Meet Sandy Littell, Foraging Instructor

Foxglove (Digitalis) growing wild on Glover’s Ledge

When Wade and I started planning Mill Hollow Works, LLC, “Foraging”, was one of the main courses I sought to bring into our curriculum.  Beautifully aligned with our mission of helping people become more self-reliant, learning to identify and harvest wild-grown edibles had to be one of our first classes .  Our fertile nook of the country is abundant with seasonally available food – most of it appearing as invasive weeds crowding our backyards and hiking trails. This ability to identify wild food sources could be the difference of life and death – and not only in an emergency situation. Even for the greatest gardeners among us (and especially those gardeners like me who’s summer garden quickly rotted under the deluge of early rain) learning to harvest and put away wild grown edibles is a key skill of those living sustainable, purposeful, self-reliant, resourceful lives.  Imagine, being able to supplement your household with abundant, FREE, healthy food?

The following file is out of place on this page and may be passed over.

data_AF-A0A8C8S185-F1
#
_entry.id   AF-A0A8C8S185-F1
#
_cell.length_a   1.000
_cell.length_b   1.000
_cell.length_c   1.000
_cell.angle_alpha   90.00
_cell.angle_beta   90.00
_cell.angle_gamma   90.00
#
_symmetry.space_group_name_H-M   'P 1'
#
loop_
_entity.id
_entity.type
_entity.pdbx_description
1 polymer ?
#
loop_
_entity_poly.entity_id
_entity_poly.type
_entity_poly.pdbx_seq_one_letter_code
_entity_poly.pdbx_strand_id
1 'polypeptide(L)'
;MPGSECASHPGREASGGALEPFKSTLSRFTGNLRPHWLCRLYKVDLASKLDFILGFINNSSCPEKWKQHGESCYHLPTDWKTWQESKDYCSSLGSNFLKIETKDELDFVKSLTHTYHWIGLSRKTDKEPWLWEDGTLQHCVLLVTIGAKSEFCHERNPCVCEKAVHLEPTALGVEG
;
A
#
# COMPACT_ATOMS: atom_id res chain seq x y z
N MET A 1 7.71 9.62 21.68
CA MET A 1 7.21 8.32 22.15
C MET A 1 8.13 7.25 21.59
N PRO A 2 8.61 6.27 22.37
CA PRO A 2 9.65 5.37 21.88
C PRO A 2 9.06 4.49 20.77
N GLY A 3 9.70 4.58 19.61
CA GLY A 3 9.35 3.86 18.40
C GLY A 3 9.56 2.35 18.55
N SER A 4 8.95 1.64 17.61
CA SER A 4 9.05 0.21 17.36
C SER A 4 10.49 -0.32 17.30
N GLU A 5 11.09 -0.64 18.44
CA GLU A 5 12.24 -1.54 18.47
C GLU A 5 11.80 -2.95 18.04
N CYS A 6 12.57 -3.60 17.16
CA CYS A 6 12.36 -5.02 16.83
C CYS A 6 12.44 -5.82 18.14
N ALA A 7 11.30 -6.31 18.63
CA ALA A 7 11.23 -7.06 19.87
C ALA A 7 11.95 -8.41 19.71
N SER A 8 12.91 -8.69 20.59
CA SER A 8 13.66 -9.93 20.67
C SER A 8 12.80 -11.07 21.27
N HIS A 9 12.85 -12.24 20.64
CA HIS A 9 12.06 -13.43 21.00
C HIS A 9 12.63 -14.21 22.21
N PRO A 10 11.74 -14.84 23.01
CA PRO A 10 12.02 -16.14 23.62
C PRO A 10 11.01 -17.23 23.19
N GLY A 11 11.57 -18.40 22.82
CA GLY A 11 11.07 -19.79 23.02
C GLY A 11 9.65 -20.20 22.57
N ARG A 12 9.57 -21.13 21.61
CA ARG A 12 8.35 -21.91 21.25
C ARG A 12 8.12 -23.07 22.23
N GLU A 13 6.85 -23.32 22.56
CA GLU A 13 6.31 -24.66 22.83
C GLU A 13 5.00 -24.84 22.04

Mill Hollow Works Grain Mill Workshop
212 Cheshire Turnpike in Langdon. Known as the “Grain Mill” and now workshop of Mill Hollow Works, LLC

Thanks to a lot of hard work, local support and more than a little bit of synchronicity, Mill Hollow Works launched into a fantastic location – the old Hubbard Farm’s Grain Mill right next to the 74 acres of Antioch University’s Glover’s Ledge.  Could there be a more perfect spot for a foraging class?  All we needed was an instructor. Synchronicity struck again and we were connected with Sandy Littell.

In Sandy’s words “My background is in nursing, fitness, nutrition and energy healing. As a lifelong naturalist, I enjoy sharing my knowledge of local wild edibles, how to prepare them, and their health benefits.” In the short walk Sandy and I took together around Glover’s Ledge, Sandy pointed out at least a dozen herbs and greens, excitedly rattling off health benefits and preparation methods for each, and sent me home with a good handful of wild lettuce.

I am so excited to help bring Sandy’s wealth of knowledge and experience to our region through “Foraging for Wild Edibles”, Aug 1st, 4-6pm, at Mill Hollow Works.  This course will be offered through-out August and into September with a variety of classes centered on identifying, and exploring the health benefits of, wild-growing plants. Sign up for the first class in the series “Foraging for Wild Edibles” here and stay up-to-date as future classes are booked by signing up for our newsletter.  Looking forward to seeing you all Aug 1st!